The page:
Don’t be surprised to see World Cup fever invading your newsfeed: Data released in June 2014 by Peel found that the social network tied with SMS for the top way US smartphone users following the FIFA World Cup planned to communicate with others about games while watching.
Each method of chatting was cited by 53.0% of respondents—beating out Twitter, old-school phone calls, and Skype or chat apps by a long shot. No matter the mode of communication, one thing’s for sure: World Cup followers are chatterboxes, with less than one-fifth of respondents saying they wouldn’t talk with others via any of the ways listed.
February 2014 polling by Sporting News Media in conjunction with Kantar Media and SportBusiness Group found that Facebook was also popular for following sports in general. Among US internet users who used social networks to follow sports, Facebook was the top platform used, cited by 70% of respondents—30 percentage points ahead of No. 2 YouTube. Twitter trailed further behind, with less than one-quarter of respondents.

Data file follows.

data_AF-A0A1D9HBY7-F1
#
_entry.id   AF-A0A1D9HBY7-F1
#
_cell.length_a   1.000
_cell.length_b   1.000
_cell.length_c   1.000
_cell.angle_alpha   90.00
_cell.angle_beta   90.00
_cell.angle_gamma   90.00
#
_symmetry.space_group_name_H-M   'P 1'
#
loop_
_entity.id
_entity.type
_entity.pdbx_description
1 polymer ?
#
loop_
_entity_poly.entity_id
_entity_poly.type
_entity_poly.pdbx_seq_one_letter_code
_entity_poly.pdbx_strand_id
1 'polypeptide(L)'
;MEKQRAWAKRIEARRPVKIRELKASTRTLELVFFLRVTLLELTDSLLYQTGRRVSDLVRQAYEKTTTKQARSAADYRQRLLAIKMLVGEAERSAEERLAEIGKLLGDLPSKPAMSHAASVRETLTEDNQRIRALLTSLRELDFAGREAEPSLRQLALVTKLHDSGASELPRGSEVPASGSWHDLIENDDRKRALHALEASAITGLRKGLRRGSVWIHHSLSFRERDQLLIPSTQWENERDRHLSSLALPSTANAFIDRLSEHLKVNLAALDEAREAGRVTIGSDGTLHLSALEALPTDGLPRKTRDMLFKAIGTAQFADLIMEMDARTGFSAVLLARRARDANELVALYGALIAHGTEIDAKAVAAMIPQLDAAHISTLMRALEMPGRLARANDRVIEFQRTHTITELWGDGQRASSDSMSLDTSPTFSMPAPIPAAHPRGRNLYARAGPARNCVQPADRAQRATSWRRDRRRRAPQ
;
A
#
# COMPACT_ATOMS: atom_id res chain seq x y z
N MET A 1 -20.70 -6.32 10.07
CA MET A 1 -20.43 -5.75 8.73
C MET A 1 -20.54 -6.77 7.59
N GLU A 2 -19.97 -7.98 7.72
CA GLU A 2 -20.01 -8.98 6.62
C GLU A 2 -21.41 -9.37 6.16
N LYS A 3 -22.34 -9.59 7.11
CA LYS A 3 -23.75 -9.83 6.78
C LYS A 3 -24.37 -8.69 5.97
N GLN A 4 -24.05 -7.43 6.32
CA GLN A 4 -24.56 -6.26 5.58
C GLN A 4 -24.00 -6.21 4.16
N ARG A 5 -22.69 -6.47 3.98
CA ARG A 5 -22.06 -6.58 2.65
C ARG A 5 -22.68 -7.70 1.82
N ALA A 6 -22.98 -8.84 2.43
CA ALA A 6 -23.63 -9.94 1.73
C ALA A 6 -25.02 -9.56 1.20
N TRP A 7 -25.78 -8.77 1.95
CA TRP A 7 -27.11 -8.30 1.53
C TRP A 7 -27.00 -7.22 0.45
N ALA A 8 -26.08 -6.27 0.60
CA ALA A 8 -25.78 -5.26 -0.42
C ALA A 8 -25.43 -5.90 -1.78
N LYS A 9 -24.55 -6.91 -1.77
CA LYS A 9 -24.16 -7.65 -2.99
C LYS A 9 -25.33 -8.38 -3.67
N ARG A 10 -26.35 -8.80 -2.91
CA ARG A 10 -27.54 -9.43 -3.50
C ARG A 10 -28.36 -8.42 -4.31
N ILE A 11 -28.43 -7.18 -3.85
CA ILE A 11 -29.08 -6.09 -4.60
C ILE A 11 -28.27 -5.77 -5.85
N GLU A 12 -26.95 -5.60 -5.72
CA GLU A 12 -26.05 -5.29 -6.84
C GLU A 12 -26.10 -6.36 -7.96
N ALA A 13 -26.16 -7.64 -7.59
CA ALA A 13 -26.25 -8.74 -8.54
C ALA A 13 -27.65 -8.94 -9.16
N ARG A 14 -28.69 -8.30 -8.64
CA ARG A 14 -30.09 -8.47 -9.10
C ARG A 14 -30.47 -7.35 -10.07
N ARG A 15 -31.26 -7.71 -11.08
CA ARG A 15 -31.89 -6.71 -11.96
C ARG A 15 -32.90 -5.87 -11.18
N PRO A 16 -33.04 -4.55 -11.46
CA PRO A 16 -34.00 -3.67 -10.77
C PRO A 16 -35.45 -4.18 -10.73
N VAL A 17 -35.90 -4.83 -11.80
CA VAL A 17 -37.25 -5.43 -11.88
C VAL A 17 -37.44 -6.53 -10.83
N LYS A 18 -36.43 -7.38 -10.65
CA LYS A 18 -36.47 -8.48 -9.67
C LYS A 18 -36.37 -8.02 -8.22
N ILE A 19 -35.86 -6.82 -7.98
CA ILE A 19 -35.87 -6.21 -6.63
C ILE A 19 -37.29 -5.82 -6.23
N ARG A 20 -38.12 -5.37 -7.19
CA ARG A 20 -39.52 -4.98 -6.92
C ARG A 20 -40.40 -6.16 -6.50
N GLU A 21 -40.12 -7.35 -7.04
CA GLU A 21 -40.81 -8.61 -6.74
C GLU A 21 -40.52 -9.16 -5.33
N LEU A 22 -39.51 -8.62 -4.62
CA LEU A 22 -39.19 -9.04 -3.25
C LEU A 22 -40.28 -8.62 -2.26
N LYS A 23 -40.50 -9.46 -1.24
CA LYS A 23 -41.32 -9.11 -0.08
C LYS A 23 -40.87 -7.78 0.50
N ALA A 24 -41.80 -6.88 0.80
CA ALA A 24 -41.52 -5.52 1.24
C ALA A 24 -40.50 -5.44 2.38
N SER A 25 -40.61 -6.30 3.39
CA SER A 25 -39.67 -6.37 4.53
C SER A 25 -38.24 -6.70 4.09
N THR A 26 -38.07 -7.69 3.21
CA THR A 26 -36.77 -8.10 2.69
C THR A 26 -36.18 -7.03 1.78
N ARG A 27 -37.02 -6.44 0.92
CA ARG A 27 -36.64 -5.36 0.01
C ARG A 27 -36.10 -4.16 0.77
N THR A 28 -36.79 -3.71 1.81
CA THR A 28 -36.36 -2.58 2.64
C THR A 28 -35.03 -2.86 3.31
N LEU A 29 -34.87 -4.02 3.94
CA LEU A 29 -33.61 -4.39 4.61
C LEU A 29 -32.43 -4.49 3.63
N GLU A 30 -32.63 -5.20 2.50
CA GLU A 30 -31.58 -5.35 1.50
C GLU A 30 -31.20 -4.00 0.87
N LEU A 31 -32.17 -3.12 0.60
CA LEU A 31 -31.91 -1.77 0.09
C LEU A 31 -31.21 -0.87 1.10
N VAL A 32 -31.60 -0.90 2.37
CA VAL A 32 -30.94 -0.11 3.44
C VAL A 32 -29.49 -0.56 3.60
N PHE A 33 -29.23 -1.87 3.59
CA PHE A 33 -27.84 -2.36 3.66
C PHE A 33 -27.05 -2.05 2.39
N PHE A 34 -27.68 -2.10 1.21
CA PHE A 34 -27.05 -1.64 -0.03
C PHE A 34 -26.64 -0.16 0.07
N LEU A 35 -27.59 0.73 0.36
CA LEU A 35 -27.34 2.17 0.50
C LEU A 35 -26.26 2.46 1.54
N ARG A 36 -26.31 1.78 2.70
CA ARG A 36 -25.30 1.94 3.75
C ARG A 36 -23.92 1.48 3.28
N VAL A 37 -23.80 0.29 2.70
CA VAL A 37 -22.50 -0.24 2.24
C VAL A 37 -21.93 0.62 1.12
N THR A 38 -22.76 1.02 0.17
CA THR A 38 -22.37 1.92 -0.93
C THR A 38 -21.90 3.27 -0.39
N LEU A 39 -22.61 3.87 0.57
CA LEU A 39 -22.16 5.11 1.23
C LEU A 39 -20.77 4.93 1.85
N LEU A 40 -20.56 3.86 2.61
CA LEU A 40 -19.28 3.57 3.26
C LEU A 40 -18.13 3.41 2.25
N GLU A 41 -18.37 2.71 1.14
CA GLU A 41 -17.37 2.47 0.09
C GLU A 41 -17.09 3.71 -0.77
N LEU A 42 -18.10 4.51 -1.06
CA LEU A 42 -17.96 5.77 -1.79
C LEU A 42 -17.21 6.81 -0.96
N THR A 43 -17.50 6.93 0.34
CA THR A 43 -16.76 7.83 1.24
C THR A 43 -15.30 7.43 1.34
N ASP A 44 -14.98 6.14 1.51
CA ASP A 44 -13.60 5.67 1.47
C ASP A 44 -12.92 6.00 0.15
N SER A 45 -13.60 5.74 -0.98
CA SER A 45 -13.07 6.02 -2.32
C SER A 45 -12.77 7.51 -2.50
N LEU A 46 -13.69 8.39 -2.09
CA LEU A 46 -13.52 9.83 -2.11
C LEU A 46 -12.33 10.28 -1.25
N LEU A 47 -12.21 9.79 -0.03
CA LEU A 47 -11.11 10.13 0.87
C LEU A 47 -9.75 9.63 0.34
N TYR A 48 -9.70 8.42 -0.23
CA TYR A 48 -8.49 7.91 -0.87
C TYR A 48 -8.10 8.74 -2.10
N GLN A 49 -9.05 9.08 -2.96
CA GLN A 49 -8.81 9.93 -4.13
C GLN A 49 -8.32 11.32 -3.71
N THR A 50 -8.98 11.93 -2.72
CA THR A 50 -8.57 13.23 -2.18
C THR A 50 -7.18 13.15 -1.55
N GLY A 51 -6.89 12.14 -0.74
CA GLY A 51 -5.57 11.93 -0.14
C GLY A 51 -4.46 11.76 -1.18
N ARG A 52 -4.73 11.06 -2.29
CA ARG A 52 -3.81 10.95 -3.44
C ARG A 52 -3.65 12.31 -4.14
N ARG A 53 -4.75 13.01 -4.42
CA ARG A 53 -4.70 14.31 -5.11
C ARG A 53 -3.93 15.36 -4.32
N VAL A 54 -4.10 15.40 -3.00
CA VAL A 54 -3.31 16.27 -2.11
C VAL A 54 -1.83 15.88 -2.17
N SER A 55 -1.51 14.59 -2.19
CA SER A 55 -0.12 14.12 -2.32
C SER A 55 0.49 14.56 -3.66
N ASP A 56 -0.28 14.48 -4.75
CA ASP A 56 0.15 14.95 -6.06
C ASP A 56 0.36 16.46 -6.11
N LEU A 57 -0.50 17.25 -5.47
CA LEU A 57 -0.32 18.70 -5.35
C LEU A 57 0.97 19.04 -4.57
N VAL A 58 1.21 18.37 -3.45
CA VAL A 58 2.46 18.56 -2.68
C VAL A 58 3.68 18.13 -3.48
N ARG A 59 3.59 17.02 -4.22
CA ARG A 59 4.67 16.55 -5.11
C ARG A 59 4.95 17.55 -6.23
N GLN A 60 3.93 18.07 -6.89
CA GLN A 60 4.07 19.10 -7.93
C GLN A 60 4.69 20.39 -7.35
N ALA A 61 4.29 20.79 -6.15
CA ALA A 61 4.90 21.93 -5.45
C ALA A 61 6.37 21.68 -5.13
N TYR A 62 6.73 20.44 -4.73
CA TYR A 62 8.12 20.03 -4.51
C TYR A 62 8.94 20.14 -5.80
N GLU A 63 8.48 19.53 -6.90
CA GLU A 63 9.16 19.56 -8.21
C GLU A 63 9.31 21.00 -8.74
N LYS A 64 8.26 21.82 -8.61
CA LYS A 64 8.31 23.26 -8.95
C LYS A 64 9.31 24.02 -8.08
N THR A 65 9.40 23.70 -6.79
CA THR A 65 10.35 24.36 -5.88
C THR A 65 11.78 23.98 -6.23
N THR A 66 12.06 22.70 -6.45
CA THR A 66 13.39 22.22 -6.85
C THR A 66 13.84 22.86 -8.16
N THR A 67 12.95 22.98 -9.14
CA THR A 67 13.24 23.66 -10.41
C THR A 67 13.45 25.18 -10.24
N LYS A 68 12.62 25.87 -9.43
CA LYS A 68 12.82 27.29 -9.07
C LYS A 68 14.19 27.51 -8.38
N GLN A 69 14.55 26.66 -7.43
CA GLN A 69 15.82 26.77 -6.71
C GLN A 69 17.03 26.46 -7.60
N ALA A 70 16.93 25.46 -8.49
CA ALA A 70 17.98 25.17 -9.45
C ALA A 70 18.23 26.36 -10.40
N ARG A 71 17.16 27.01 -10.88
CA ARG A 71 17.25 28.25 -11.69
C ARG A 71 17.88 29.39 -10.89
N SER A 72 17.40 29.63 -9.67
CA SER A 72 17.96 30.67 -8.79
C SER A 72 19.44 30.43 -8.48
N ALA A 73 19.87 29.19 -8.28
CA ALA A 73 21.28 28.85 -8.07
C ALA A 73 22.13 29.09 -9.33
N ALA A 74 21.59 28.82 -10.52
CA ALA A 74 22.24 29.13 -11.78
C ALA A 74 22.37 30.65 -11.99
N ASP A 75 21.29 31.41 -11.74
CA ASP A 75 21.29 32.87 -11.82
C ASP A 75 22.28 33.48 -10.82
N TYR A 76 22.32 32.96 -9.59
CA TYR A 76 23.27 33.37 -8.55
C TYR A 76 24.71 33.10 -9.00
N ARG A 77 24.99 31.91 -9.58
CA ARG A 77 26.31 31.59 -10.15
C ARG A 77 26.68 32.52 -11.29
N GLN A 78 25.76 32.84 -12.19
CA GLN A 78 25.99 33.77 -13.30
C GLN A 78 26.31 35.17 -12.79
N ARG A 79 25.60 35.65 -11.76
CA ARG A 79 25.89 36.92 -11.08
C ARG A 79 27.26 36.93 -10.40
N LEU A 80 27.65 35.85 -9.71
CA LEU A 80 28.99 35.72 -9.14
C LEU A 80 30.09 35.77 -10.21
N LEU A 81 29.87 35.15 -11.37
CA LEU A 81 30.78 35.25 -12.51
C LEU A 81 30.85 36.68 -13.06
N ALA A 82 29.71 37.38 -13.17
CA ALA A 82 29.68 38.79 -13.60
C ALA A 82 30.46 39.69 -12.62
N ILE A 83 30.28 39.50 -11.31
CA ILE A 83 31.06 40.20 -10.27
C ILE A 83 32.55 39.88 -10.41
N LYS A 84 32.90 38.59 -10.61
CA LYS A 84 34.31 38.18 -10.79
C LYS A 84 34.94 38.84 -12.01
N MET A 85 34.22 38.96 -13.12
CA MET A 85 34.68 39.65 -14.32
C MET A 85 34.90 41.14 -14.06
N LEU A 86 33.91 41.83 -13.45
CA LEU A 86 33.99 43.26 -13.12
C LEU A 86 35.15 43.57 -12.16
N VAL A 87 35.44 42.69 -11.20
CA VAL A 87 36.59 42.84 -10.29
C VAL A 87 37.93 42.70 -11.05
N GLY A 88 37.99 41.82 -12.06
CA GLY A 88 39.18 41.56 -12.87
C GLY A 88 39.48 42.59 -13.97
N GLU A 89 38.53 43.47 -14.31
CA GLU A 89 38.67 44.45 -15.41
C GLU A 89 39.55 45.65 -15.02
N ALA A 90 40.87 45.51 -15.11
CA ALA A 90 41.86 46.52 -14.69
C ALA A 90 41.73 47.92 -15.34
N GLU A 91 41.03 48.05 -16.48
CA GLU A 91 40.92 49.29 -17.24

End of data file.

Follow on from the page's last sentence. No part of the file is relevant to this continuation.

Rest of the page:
The study found that US fans’ social network usage during sports was relatively low compared with other methods, though still impressive. When asked about their favorite way to consume sports, the smallest percentage—35%—cited social network platforms. In comparison, 94% cited traditional TV, and 68% said online, which comprised any form of interaction online (including mobile), from reading articles through to watching live events on a computer, laptop or mobile device.
Respondents from the US spent 1.4 hours weekly with sports content on social media. What were they doing during that time? The three types of sports content that social fans were most likely to use the platforms for were following a team or league (53%), live streaming a game or event (36%) and accessing sports news in text format (35%).
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